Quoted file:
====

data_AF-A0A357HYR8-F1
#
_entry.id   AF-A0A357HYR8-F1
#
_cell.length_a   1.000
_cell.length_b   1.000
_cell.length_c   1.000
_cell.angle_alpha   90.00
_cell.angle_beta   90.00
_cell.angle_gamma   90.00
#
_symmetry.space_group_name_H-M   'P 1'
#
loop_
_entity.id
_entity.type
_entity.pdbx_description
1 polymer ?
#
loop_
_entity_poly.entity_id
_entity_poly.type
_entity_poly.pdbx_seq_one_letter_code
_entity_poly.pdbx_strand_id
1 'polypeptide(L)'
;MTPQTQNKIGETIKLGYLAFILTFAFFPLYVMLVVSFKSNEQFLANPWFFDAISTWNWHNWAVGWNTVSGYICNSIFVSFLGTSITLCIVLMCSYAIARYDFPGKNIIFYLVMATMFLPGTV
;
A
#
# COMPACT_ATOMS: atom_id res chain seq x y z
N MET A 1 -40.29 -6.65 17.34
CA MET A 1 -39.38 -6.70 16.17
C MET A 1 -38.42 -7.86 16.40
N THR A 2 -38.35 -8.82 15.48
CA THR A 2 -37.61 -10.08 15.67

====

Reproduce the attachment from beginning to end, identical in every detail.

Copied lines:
data_AF-A0A357HYR8-F1
#
_entry.id   AF-A0A357HYR8-F1
#
_cell.length_a   1.000
_cell.length_b   1.000
_cell.length_c   1.000
_cell.angle_alpha   90.00
_cell.angle_beta   90.00
_cell.angle_gamma   90.00
#
_symmetry.space_group_name_H-M   'P 1'
#
loop_
_entity.id
_entity.type
_entity.pdbx_description
1 polymer ?
#
loop_
_entity_poly.entity_id
_entity_poly.type
_entity_poly.pdbx_seq_one_letter_code
_entity_poly.pdbx_strand_id
1 'polypeptide(L)'
;MTPQTQNKIGETIKLGYLAFILTFAFFPLYVMLVVSFKSNEQFLANPWFFDAISTWNWHNWAVGWNTVSGYICNSIFVSFLGTSITLCIVLMCSYAIARYDFPGKNIIFYLVMATMFLPGTV
;
A
#
# COMPACT_ATOMS: atom_id res chain seq x y z
N MET A 1 -40.29 -6.65 17.34
CA MET A 1 -39.38 -6.70 16.17
C MET A 1 -38.42 -7.86 16.40
N THR A 2 -38.35 -8.82 15.48
CA THR A 2 -37.61 -10.08 15.67